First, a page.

I did this with them by making my own and talking about it while I went along:  "Let's see, I'm a good listener.  Also, cake ... I can bring cake to a relationship, because cake is important."  Glancing at Annabeth's sheet, I noticed she'd written "horse" outside the circle:  "So, a person needs to own a horse?  Be a horse?"  "No, I meant horselover, I just didn't write it out." "That's 1,2,3,4,5 letters, and you couldn't be bothered?  Really?  That reminds me, I should write 'ability to deal with sarcasm' as a quality my friends need."  Overall, I was trying to keep the mood light. particularly since some of the kids seemed to get stressed about this stuff insofar as whether they're writing the "correct" thing and going to be judged by others regarding what they write.  After all, most of the girls joined so they could do crafts, play games, and go camping, not so they could attend conciousness-raising sessions.

Then I had them jot down something on a small piece of paper about what they'd thought about so far, and put that in their Peacemaker Kit.  I had printed out strips of paper with the writing prompt "For better relationships I will:" on it, and pointed out the various questions on p. 39 of their Amaze book, in case they needed inspiration.  I was hoping that by this point in the meeting that they'd caught on that it was up to them what they put on the paper -- I certainly wasn't there to judge.

Next we were supposed to talk about Peer Pressure.  I used the angle of how hard it is to be someone that you're really not, and introduced the game Bob.  Wow, it was a riot.  Some of the girls were excellent at it, some really not so good, everyone laughed a lot.  I wish we would've had longer to play, but they needed to write down another slip about what they wanted to remember about peer pressure.  So, back to the Amaze book, p. 52, and think about something to put in the Peacemaker Kit, using the writing prompt "I can resolve conflict by:" if desired.  "Hey, if you just want to write 'Bob' on the slip so you can remember playing the game, that's okay.  It's your scrapbook."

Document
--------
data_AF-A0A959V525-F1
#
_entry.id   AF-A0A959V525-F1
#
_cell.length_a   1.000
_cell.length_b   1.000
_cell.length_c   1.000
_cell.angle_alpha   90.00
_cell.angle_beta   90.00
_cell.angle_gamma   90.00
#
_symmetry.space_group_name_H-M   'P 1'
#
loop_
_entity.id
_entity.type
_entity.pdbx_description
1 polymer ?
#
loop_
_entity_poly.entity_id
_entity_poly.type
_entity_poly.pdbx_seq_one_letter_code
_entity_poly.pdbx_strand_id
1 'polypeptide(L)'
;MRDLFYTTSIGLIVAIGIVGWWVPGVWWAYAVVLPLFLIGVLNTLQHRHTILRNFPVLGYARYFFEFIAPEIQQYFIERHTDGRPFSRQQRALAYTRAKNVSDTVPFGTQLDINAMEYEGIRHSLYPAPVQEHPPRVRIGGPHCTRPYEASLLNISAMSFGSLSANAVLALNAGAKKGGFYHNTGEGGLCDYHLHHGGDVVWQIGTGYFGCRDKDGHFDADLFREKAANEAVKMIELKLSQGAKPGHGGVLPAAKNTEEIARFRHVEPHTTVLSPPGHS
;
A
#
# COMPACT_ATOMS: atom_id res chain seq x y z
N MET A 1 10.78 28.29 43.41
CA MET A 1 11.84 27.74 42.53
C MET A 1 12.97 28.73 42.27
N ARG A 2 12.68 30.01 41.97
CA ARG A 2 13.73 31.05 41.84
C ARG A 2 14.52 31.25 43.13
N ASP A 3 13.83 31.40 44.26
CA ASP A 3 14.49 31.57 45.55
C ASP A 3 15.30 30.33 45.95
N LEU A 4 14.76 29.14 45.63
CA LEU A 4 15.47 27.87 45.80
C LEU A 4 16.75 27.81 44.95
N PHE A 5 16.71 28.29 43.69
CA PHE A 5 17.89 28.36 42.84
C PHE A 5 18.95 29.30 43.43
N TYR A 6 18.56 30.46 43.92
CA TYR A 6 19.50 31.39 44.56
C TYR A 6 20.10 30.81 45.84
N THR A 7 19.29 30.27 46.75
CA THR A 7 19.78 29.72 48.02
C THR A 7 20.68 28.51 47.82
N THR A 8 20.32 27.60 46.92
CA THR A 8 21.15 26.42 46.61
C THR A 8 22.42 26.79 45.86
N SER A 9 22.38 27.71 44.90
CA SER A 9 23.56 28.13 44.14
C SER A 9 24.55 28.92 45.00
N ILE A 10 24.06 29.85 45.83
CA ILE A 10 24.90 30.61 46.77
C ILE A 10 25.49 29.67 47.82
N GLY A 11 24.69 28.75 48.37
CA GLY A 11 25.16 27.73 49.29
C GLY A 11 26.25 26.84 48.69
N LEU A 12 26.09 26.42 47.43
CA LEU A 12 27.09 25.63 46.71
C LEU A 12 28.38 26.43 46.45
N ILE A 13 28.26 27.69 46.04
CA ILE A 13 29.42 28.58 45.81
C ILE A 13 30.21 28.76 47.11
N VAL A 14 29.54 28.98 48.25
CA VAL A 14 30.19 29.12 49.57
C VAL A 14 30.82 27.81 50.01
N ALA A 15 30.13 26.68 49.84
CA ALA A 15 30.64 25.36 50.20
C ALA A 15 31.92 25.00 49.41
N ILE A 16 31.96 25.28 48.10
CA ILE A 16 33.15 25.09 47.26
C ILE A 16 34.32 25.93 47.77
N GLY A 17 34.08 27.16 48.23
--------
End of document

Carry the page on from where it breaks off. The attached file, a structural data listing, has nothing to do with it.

A different mom will be leading Session 3.  She was there to observe what we did during Session 2, which was clever on her part (the future leaders of future sessions weren't there, and I wonder if they'll have a clue what worked and what didn't).  Plus Session 3 looked like it had some fun games written in the leader's guide.

My impression of Journeys so far:  Expect to come up with your own ideas on how to make them palatable.  It can be a lot of fun, but the leaders need to really, really think about what will work in their group.  And don't expect any support from the GSUSA Powers That Be to figure out what that is -- they're busy spending your money revamping some of the Journeys that have issues .

Tuesday, January 10, 2012

Co-op Science Weeks 13, 14, 15

Oops!  I thought I'd get around to writing these up over Christmas break, but I was too busy Christmassing.  And, alas, I seem to not have notes about what we did, which is annoying, because there were some things that were worth passing on to other people trying to lead a co-op class for this age group.